Robert Woods’s “Mortimer Adler: The Paideia Way of Classical Education” embodies the life and educational philosophy of one education reformer. Though intended to be informative, most chapters are akin to an educator’s devotional, leaving the teacher inspired to be a more thoughtful and focused Christian tutor. Mortimer Adler: The Paideia Way of Classical Education, by [...]

Who Is Alien? Science Fiction Shorts by Updike and Klein

By |2019-11-14T13:01:27-06:00November 14th, 2019|Categories: Christine Norvell, Fiction, Imagination, Literature, Senior Contributors|

Many authors use imagery to create atmosphere, and in short fiction, that efficient imagery is vital. It may be a particular environment for their characters, but in the case of science fiction, it is also an ample tool of criticism, one in this case that has a lingering bite. […]

The Witches of “Macbeth”: A Weyward Translation

By |2019-10-30T17:42:37-05:00October 30th, 2019|Categories: Christine Norvell, Halloween, Imagination, Literature, Senior Contributors, Tragedy, William Shakespeare|

Enter three sisters as thunder and lightning clash above. Their very presence inspires both fear and wonder of the unknown. William Shakespeare’s broad audience of commoners, merchants, and nobility all readily acknowledge their supernatural presence, the stuff of superstition. But what was Shakespeare’s intent for their appearance? What are they? Imagine a smoking cauldron [...]

How Edgar Allan Poe Ensured That Gothic Stories Will Never Die

By |2019-10-06T22:47:52-05:00October 6th, 2019|Categories: Christine Norvell, Edgar Allan Poe, Fiction, Imagination, Literature, Senior Contributors|

At the same time that writers were bringing depth of character to the gothic setting in the 19th century, Edgar Allan Poe revitalized the genre in mid-century America. Suddenly Tales of Horror had a distinctly American flair and a surprising psychological depth. This nuance captivated readers then and still does today. Two hundred and [...]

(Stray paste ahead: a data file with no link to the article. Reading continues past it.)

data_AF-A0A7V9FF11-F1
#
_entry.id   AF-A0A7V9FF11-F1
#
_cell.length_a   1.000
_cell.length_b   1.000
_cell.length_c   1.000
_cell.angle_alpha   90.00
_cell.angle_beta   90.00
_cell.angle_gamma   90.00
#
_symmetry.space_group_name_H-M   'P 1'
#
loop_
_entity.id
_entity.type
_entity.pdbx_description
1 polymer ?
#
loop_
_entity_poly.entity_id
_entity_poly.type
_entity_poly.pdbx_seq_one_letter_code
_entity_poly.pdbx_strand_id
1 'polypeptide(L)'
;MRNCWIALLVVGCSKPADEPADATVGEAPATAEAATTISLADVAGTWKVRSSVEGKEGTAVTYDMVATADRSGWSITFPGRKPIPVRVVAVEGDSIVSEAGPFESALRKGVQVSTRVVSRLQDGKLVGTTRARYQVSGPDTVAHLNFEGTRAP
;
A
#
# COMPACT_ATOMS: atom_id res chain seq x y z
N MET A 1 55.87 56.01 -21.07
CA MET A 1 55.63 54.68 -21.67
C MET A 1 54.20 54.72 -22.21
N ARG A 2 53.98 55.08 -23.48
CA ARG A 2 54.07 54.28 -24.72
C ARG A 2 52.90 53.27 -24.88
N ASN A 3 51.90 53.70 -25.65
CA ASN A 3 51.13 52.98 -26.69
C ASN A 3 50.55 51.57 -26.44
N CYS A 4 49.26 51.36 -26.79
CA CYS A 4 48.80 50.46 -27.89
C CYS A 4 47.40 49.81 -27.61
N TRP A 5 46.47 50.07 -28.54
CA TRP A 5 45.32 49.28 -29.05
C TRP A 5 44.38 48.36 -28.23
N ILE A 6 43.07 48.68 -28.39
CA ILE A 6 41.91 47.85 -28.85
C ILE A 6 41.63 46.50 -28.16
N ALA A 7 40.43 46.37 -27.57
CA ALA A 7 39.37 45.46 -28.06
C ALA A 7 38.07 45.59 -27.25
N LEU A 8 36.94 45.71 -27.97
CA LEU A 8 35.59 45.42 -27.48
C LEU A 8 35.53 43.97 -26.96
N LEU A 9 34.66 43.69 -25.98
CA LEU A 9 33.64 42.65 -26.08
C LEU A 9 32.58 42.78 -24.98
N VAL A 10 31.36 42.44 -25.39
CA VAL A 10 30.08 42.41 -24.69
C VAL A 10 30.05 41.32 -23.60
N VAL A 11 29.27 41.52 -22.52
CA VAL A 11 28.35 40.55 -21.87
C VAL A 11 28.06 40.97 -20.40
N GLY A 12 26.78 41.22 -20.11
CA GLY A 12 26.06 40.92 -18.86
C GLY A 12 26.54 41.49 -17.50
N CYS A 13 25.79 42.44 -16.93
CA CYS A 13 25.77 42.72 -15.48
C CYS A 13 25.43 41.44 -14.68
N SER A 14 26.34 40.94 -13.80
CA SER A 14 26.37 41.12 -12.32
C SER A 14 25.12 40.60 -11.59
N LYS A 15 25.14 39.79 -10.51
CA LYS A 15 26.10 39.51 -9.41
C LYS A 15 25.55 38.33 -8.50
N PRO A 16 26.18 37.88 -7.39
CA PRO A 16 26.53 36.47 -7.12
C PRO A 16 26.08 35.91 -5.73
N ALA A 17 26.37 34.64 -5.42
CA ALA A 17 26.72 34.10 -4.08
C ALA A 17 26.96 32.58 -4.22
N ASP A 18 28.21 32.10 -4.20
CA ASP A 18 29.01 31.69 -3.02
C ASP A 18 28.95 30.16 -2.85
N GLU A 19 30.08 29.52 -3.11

Horace’s Humanity

By |2019-09-27T14:16:42-05:00September 27th, 2019|Categories: Christine Norvell, Imagination, Literature, Poetry, Senior Contributors|

Like songs today, Horace’s odes were about anyone and anything that struck the poet’s fancy. Some, for instance, praise his patron, while others eviscerate noted women or men for their immoral and feckless behavior. His subjects appear innumerable, but they do share one thing—the poet’s desire to be known. Son of a former slave, [...]

The Challenge of Goodness in George MacDonald’s “Sir Gibbie”

By |2019-08-29T11:20:52-05:00August 29th, 2019|Categories: Books, Charity, Christine Norvell, Fiction, Literature, Morality, Senior Contributors, Virtue|

In “Sir Gibbie,” George MacDonald shows us how goodness is not in action only, but also in the doer first. The virtuous person sees truly, judges rightly, and acts. It is the love of God within Gibbie that prompts him to do so. Sometimes you read a book that causes you to marvel at [...]

Emily Dickinson and Drinking All Summer Long

By |2019-08-14T21:49:54-05:00August 14th, 2019|Categories: Christine Norvell, Imagination, Literature, Nature, Poetry, Senior Contributors|

Emily Dickinson creates a simple buffet for our imagination in her nature and summer poems, but most especially in "I taste a liquor never brewed." And rather than being accosted by her “drunkenness,” I embrace her abandoned delight in the essence of summer. I taste a liquor never brewed – From Tankards scooped in Pearl [...]